Vietnamese restaurateur turns philanthropy into business

Among the countless street children Jimmy Pham has met over the decades, the one who comes to mind most often is a young girl whose mother slammed her head against a wall some 16 years ago.

The girl’s mother, who was beside her, had suggested she beg for money from Pham, who had become a kind of casual benefactor to the local children. When the girl refused to beg, her mother punished her with a beating.

The memory of that girl, and others like her, played a key role in the origin of KOTO, the restaurant chain Pham went on to found in 1999. KOTO uses its eateries to take young people off the street and train them in the service industry.

Pham, who as a baby fled Saigon for Australia as the Vietnam War was winding down, returned in 1996 as a travel agent. He was struck immediately by the poverty and says he spent his first few weeks buying meals for street children and giving them money.

Unlike when Pham started out, Vietnam now has a whole host of vocational charities that take the teach-them-to-fish approach. Instead of a handout, the organizations specialize in a teaching marketable skill – from baking brownies to tailoring trousers. The thinking is that they can pass these skills on to poor or disabled people, who then can support themselves.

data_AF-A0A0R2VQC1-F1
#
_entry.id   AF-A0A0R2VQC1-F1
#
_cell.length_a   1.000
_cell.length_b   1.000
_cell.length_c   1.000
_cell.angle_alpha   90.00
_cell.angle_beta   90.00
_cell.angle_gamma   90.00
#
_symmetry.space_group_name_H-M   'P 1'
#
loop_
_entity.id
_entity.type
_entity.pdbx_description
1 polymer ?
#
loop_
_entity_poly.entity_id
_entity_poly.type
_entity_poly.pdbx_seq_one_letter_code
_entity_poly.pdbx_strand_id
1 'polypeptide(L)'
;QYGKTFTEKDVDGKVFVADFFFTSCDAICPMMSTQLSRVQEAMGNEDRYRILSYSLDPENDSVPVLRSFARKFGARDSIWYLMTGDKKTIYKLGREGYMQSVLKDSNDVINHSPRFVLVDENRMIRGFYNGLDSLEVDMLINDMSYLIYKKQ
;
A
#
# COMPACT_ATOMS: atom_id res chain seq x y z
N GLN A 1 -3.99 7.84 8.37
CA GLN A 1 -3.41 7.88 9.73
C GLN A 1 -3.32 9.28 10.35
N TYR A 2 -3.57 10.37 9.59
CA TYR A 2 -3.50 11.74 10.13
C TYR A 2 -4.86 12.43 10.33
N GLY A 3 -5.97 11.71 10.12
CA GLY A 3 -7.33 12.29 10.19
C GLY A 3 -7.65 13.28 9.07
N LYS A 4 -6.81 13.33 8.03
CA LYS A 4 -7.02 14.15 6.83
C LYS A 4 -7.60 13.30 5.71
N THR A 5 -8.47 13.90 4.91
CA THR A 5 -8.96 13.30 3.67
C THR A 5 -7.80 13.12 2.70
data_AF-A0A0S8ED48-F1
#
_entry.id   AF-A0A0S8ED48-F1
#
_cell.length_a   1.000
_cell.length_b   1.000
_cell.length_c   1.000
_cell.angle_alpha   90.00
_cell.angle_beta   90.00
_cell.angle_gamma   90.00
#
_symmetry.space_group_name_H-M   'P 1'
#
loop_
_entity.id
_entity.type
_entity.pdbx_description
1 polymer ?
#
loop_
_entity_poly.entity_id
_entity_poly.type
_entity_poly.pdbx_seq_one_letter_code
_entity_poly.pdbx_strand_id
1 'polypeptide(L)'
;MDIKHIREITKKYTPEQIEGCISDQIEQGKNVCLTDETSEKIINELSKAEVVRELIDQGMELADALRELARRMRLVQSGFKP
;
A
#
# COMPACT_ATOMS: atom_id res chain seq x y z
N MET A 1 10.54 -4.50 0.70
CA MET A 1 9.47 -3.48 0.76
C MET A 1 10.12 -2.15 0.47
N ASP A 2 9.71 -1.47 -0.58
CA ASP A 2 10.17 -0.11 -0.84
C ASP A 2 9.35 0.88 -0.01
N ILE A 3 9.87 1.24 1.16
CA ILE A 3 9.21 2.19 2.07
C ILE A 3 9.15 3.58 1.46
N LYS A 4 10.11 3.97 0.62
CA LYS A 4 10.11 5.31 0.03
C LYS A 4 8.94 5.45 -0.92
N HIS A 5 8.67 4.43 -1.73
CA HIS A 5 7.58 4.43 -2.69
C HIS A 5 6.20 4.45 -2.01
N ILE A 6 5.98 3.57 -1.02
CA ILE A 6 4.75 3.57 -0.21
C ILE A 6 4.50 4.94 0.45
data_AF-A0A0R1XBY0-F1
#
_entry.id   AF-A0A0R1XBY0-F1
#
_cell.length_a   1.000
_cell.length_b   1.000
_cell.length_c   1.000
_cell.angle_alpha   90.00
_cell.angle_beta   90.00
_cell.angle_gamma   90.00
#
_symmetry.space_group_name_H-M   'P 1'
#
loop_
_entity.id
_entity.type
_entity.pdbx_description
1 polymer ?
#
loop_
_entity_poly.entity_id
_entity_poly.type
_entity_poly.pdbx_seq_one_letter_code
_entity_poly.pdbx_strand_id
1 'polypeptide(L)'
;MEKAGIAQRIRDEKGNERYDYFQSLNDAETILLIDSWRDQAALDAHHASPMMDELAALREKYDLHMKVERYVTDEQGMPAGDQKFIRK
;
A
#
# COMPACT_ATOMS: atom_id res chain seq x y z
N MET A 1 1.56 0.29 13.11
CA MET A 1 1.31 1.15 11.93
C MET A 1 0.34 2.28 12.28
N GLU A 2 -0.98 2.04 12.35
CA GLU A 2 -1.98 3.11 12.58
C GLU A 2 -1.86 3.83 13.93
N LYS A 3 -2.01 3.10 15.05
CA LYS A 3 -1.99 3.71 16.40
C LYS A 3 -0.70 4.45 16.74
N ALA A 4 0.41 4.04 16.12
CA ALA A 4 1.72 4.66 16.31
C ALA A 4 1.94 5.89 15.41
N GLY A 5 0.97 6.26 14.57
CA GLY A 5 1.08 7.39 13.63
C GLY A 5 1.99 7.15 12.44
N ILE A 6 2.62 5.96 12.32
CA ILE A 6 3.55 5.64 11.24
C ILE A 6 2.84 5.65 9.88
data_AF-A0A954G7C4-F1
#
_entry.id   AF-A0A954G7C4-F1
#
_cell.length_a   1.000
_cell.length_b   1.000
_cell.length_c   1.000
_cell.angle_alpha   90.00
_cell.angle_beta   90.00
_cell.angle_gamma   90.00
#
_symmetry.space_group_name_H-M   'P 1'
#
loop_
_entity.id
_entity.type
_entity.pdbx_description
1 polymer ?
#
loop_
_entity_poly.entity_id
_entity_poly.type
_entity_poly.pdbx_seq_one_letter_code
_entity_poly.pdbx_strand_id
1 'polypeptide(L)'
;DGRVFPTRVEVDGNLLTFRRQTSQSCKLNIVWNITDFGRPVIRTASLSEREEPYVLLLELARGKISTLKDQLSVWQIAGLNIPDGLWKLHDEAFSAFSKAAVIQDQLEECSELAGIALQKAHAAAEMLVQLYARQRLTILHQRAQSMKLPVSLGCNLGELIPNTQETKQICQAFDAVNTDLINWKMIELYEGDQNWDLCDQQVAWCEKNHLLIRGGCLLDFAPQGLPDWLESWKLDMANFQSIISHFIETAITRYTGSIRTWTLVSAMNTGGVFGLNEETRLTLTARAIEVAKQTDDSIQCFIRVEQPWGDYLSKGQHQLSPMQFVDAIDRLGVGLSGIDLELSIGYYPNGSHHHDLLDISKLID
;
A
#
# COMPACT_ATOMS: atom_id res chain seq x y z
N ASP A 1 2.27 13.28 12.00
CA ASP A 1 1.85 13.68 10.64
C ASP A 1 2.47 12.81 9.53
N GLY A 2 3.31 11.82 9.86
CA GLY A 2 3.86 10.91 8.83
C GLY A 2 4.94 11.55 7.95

But Pham says even this approach is no longer enough. “We’re not content with showing them how to fish anymore,” Pham, 40, said in an interview at KOTO’s restaurant in Ho Chi Minh City. “We want to show them how to set up the fish shops and teach others to fish.”

The recruits live together for two years at a training center, but food service makes up just part of their lessons. They learn English and play soccer, but also take 36 workshops that cover everything from personal finance to sex education.

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